My main thrust in writing here is to put across, as vividly as possible, the whole experience of putting on a production of a Shakespeare play in the year 2013. There may not be a more widely produced playwright than Will Shakespeare, and he has never been more popular, some 400 years after his death. I find this to be pretty incredible, and a large part of my writing here will take that on phenomenon.
Henry V and Twelfth Night are both fascinating, if radically different plays. I’ll be taking some time to explore each play individually, and to consider how they work together inside of the same season. There is lots of ground to cover – historically, dramaturgically, thematically, etc. – and, as you’ll find, I am a huge nerd about these things. I hope that you don’t find nerdiness a turn-off. I really hope that. Really.
I’ll also be laying out for you the nuts and bolts of going to work at a professional, world-class theater. There are those who believe that there is a kind of glamor attached to working in the theater. While that is true to an extent, there is quite a lot about it that is profoundly unglamorous. I will share some of each.
Additionally, I’ll attempt to draw back the curtain on the rehearsal process, and to share some insights, if I may be presumptuous, about the actor’s process in approaching a classical role. My goal is to include interviews with my cast mates, and to lay it all out for you as honestly as possible.
Finally, I’d like to know what you’d like to read. Leave a comment, and let me know how I’m doing. Leave a suggestion, and I will incorporate it into a subsequent entry. Leave cakes and pies, and I will be very happy, and have snacks. Interact with me; let’s have some fun.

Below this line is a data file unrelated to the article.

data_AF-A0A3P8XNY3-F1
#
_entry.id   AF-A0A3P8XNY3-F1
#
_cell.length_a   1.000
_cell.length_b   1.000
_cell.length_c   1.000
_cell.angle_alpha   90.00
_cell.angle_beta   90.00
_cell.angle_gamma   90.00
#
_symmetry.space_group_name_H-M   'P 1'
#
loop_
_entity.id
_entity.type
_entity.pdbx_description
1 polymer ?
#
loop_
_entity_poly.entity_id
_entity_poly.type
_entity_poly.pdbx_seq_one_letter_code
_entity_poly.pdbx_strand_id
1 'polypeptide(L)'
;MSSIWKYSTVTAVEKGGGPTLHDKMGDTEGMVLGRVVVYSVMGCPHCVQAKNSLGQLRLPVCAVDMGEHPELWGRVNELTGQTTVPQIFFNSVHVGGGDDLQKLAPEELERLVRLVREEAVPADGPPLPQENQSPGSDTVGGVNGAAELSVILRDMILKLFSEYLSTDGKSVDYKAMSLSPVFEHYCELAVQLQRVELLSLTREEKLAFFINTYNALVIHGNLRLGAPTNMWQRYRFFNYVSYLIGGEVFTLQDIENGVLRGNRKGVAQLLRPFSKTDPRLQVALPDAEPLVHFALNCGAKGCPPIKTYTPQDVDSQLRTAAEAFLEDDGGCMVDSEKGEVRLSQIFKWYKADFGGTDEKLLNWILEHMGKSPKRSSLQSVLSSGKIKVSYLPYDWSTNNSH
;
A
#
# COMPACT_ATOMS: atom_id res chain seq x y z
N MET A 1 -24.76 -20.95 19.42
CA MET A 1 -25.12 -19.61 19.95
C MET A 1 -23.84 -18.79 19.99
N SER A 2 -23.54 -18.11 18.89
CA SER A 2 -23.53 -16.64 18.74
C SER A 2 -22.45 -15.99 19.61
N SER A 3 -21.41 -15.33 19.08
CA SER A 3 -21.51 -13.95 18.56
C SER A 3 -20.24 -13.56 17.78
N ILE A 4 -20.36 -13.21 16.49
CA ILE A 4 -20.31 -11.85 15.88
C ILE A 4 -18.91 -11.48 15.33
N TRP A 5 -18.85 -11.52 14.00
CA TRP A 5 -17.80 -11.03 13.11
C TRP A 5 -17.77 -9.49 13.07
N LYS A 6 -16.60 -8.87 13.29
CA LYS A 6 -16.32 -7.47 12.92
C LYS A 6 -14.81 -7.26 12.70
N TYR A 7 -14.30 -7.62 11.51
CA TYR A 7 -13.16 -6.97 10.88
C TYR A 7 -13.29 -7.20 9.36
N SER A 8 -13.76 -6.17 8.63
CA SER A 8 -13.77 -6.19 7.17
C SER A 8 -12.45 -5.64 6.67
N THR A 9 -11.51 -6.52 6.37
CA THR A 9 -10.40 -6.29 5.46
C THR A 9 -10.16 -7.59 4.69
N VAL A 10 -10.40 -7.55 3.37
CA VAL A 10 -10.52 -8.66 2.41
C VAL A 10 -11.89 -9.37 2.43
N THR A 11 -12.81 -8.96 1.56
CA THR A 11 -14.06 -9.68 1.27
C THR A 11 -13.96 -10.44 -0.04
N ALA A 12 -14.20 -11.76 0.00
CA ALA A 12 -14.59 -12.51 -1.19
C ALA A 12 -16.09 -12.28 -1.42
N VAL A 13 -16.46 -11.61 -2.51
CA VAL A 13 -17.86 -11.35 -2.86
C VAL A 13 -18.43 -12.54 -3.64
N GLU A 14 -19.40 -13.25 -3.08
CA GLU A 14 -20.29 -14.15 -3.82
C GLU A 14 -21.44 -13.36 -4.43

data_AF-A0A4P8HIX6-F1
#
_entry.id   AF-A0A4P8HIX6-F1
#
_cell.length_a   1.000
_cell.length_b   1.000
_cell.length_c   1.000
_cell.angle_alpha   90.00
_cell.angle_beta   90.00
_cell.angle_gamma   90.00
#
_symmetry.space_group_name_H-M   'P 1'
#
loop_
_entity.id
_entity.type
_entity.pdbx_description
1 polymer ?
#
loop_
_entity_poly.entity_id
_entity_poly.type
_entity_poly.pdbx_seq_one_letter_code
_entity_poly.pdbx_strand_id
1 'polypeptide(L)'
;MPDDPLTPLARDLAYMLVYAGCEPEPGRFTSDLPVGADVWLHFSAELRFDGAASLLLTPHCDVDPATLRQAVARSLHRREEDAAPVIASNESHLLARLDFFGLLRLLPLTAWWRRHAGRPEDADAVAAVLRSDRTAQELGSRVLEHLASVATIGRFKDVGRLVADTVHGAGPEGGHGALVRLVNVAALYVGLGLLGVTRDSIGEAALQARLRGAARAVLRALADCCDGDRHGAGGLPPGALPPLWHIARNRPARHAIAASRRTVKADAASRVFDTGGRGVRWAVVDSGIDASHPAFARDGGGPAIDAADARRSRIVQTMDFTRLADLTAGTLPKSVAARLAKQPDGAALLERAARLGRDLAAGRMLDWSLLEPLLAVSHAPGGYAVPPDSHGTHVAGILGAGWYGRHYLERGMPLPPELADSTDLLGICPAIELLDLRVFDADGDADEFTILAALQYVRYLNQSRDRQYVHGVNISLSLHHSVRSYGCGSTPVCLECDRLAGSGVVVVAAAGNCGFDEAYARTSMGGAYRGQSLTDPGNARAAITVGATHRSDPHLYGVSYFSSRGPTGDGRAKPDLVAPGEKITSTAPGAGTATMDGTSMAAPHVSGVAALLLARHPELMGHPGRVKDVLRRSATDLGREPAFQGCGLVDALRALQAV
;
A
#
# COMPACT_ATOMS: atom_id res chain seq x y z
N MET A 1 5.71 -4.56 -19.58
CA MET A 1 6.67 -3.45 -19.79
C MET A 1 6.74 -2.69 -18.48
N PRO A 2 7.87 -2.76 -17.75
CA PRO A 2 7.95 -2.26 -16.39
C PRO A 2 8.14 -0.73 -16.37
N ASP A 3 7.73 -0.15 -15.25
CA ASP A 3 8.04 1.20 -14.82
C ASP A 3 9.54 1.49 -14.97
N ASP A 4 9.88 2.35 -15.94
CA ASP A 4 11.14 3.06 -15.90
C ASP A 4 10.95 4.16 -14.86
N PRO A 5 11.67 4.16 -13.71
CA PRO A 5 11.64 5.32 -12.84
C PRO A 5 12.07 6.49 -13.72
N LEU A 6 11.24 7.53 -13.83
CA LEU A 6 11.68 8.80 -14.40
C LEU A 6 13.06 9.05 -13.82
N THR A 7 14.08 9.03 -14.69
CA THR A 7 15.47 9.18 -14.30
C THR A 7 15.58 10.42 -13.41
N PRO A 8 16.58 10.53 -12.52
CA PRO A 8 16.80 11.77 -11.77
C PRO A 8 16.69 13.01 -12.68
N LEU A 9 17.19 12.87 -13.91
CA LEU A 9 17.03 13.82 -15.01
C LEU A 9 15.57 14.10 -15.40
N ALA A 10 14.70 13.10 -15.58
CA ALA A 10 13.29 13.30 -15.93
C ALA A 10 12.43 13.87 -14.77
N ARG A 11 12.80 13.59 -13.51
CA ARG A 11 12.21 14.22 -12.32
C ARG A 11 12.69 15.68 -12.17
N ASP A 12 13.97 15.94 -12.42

OK. That brings this very first “pre-blog” to a conclusion. Thanks for reading, if you are. Please feel free to include these humble entries in your Tweets and on your Facebooks. The more the merrier. Until next time!
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Thanks, Louis! We’re looking forward to seeing both Henry V and Twelfth Night. (I’m particularly interested in hearing how you are going to approach Feste. In a workshop production we’re putting together, Feste is a blues singer.)
anomalink — September 21, 2012
Welcome back, Louis! Looking forward to reading about the adventures behind the scenes.
Suzanne Jones — September 21, 2012
@anomalink: Thanks to you! I’m also excited to figure out how to put Feste across. I’ve played him before (as a sort of white-face, bare-chest, leather-clad clown…more on that soon hahaha), and am thrilled to have another go. At the moment, I’ve got nothing. Ukulele? Meanwhile, blues singer sounds awesome – tell me more!
@Suzanne: Thank you! Should be a hoot. 🙂
Louis Butelli — September 21, 2012
Trying to wrap my head around this being a pre-blog blog-post… I fear you might be violating the space-time continuum. Nevertheless, looking forward to reading (and seeing) you again. I’m particularly interested in behind-the-scenes details of productions…. Do actors supply their own shoes whenever possible, because they know they’re already broken in and won’t hurt their feet? Is there a preference for using props in such a way that they don’t have to be replenished (e.g. slam the sheet of paper down on the table rather than crumple it up)?
Erin Blake — September 21, 2012
Hey, Erin! Looking forward to seeing you again, too!
I love the idea of the behind-the-scenes stuff – I think I could probably do a whole thing just on shoes alone. Love the props usage idea, too. I will absolutely make sure those get covered.
Meanwhile, I’m very, very excited to return to the vault in the upcoming season; thanks again for all you do.
OK, back to violating the space-time continu-
Louis Butelli — September 23, 2012